But, regardless of its efficacy, this means that consultants naturally gravitate towards High Net Worth (HNW) placements over time. Establishing yourself as a talent manager for HNW individuals is a fairly common ‘endgame scenario’ for a career in recruitment. The question is: should it be?
Who is a High Net Worth Individual?
First of all, how do you define a ‘High Net Worth Individual’ (HNWI)?
HNWI is a customer classification that the financial services industry uses to identify households with assets of £750,000 or above. It has since been adopted across other industries as a useful metric for all sorts of situations – including within recruiting.
A HNW candidate typically starts the hiring process with greater leverage. They are already likely to be earning a high income (hence the status). And they are likely to feel less financial pressure to accept an unappealing salary offer when it is tabled. In short, recruiting high net worth individuals can be a complex matter.
The Challenges of recruiting High Net Worth individuals
Of course, if it was easy, then everybody would be doing it. But there are sufficient obstacles to convince many agencies that HNW recruitment simply is not for them. Some of the usual suspects are:
- Limited Candidate Pool
- Time on the Market
- Longer Times to Hired
- Additional Costs
Let’s take a look at each, and see how the experts address the issues.
Limited Candidate Pool
The most obvious challenge when recruiting HNWI is the limited pool of talent. There were 573,000 in the United Kingdom according to the Capgemini World Health Report 2021. That is not a vast number of total candidates – especially when you consider how fiercely your competitors are already fighting over them.
Secondly, the pool appears to be shrinking. The UK had 591,000 HNWI in 2019. This amounts to a yearly decline of exactly 3 per cent (3%). Although some sources have estimated that wealth became concentrated towards the top during the pandemic, it is unclear whether the number of HNWI has increased or declined. A continuation of the downward trend would only intensify the competition.
But there is also the fact that many HNWI are not even jobseekers. Many are retired and enjoying their assets; others may themselves be business owners. The number of HNW individuals available for recruiting – either actively or passively – is therefore significantly below that overall figure.
As such, HNW individuals may not be familiar with a typical recruitment process. It means that recruiting high net worth individuals may require additional levels of nurturing and time commitment. But simply finding a prospect can be a challenge in and of itself. How can you make candidate acquisition and attraction a little easier?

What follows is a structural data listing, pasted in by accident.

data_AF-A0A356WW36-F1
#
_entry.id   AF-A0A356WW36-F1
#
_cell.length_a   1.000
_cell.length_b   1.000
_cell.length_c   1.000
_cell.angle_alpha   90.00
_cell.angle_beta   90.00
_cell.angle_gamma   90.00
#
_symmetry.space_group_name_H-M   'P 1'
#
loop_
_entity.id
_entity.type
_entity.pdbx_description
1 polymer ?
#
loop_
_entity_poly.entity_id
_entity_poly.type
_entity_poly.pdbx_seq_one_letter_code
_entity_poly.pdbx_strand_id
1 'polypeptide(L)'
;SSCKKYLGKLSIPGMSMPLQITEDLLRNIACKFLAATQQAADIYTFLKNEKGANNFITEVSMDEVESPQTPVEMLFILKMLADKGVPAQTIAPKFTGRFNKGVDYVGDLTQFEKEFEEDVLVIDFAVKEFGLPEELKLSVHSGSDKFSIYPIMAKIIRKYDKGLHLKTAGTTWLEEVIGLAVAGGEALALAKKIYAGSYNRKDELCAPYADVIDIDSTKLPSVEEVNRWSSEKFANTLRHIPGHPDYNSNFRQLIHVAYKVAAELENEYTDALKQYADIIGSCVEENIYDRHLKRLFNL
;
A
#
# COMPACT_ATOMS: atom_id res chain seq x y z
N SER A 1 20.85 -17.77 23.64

In this respect recruiters can borrow many of the lessons already learned by investment fund managers.
The article gives several options that we will look at here – including using tech to streamline your business, and focusing your targeting and acquisition. But one additional point raised is the inherent value of social proof and word of mouth. An effective referral scheme can provide you with a closer network – a degree of trust comes with the endorsement from a previously happy client.
Time on the market
Attracting talent takes time – but the harsh truth is that it is time that most agencies simply will not have. The top candidates only remain on the jobs market for ten days on average. This makes the window of opportunity between first interaction, engagement, and placement incredibly tight.
If you are looking into making HNWI placements, then you have to build a process that allows for a high drop-off rate. Of course, technology can help – to smooth interactions and to speed up key tasks. Nevertheless, the road to HNW recruitment is beset with other challenges.
Longer Times to Hired
As a (very general) rule, the hiring process for HNWI is substantially greater than a typical placement. This alone can make HNWI recruiting prohibitively costly for many agencies. There is a lot of work to be done, and a lot of time goes by with potentially no revenue generated. Can your current operations sustain this type of activity?
If your HNW recruiting starts to feel like a roll of the dice where you are staking your the future of your business, it may not be the right time to proceed.
High Net Worth individuals can also require additional investments on behalf of their talent agent of choice. These can range from extra hospitality; increased time spent on nurturing and engagement; to additional security and privacy allowances.
An example? Do not be surprised if your client (the employer) or your candidate themselves requests a non-disclosure agreement (NDA) at the start of the process. This can protect employers from salary pressure when it is known which talent they are targeting. It can protect your candidate as they transition from one high profile position to the next.
An NDA for HNWI candidates need not cost an arm and a leg – though it is an additional expense. And it is one that you may not have encountered up until this point. Several legal self-service sites exist online, including Docular – which has a number of NDA for HNWI candidates and other circumstances.
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